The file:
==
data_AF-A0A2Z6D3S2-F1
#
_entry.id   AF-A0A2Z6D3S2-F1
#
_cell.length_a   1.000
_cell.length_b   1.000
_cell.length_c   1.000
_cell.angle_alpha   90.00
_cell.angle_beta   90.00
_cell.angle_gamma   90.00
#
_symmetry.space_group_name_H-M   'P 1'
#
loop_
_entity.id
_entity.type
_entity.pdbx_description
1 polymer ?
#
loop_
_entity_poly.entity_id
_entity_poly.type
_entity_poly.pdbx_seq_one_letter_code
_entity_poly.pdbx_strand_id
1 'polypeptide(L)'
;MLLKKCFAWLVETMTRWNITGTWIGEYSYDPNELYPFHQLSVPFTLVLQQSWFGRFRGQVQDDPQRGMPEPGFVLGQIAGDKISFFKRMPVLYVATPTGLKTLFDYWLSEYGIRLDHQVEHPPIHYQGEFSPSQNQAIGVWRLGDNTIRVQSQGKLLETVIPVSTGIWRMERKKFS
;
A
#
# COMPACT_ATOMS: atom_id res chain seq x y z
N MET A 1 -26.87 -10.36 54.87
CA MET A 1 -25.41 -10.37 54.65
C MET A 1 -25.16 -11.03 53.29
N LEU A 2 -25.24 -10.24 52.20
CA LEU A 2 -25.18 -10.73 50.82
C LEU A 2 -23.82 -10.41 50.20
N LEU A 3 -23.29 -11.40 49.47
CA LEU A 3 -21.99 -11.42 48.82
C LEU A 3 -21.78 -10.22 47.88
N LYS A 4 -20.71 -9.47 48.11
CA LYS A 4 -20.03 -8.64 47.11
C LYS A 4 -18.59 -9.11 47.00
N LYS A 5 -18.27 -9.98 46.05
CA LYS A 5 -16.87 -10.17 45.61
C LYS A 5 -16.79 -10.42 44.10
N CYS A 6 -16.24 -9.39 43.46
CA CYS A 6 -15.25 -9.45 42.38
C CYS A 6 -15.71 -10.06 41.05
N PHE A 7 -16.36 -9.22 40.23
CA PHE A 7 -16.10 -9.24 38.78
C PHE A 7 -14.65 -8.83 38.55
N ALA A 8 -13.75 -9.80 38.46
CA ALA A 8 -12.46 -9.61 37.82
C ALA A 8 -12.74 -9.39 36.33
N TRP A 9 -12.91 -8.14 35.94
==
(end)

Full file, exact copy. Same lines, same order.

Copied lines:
data_AF-A0A2Z6D3S2-F1
#
_entry.id   AF-A0A2Z6D3S2-F1
#
_cell.length_a   1.000
_cell.length_b   1.000
_cell.length_c   1.000
_cell.angle_alpha   90.00
_cell.angle_beta   90.00
_cell.angle_gamma   90.00
#
_symmetry.space_group_name_H-M   'P 1'
#
loop_
_entity.id
_entity.type
_entity.pdbx_description
1 polymer ?
#
loop_
_entity_poly.entity_id
_entity_poly.type
_entity_poly.pdbx_seq_one_letter_code
_entity_poly.pdbx_strand_id
1 'polypeptide(L)'
;MLLKKCFAWLVETMTRWNITGTWIGEYSYDPNELYPFHQLSVPFTLVLQQSWFGRFRGQVQDDPQRGMPEPGFVLGQIAGDKISFFKRMPVLYVATPTGLKTLFDYWLSEYGIRLDHQVEHPPIHYQGEFSPSQNQAIGVWRLGDNTIRVQSQGKLLETVIPVSTGIWRMERKKFS
;
A
#
# COMPACT_ATOMS: atom_id res chain seq x y z
N MET A 1 -26.87 -10.36 54.87
CA MET A 1 -25.41 -10.37 54.65
C MET A 1 -25.16 -11.03 53.29
N LEU A 2 -25.24 -10.24 52.20
CA LEU A 2 -25.18 -10.73 50.82
C LEU A 2 -23.82 -10.41 50.20
N LEU A 3 -23.29 -11.40 49.47
CA LEU A 3 -21.99 -11.42 48.82
C LEU A 3 -21.78 -10.22 47.88
N LYS A 4 -20.71 -9.47 48.11
CA LYS A 4 -20.03 -8.64 47.11
C LYS A 4 -18.59 -9.11 47.00
N LYS A 5 -18.27 -9.98 46.05
CA LYS A 5 -16.87 -10.17 45.61
C LYS A 5 -16.79 -10.42 44.10
N CYS A 6 -16.24 -9.39 43.46
CA CYS A 6 -15.25 -9.45 42.38
C CYS A 6 -15.71 -10.06 41.05
N PHE A 7 -16.36 -9.22 40.23
CA PHE A 7 -16.10 -9.24 38.78
C PHE A 7 -14.65 -8.83 38.55
N ALA A 8 -13.75 -9.80 38.46
CA ALA A 8 -12.46 -9.61 37.82
C ALA A 8 -12.74 -9.39 36.33
N TRP A 9 -12.91 -8.14 35.94